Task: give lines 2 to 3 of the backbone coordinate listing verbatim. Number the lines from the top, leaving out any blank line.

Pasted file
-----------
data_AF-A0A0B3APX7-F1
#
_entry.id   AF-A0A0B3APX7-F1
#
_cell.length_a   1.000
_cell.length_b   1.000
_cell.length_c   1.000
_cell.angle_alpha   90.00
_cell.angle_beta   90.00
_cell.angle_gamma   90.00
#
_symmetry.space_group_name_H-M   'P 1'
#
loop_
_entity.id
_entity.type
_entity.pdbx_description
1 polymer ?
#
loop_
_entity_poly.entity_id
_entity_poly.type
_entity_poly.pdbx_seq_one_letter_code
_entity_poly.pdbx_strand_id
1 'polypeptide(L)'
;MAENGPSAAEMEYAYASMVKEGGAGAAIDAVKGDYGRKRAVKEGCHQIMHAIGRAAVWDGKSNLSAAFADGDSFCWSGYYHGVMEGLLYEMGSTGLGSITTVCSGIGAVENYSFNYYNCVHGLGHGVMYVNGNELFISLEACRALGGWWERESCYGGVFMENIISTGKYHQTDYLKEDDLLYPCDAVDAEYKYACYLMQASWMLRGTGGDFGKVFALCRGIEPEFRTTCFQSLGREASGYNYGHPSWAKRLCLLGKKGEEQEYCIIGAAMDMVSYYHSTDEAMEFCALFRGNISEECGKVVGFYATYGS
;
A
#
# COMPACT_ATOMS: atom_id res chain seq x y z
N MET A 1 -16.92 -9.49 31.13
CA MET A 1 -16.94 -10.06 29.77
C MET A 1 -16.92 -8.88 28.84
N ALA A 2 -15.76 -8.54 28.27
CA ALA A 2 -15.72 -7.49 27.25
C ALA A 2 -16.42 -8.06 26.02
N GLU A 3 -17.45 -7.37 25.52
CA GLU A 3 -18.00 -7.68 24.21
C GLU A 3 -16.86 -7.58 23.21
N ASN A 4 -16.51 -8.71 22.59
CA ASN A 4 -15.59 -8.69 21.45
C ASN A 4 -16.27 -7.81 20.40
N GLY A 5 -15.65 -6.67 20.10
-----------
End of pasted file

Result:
#
_entry.id   AF-A0A0B3APX7-F1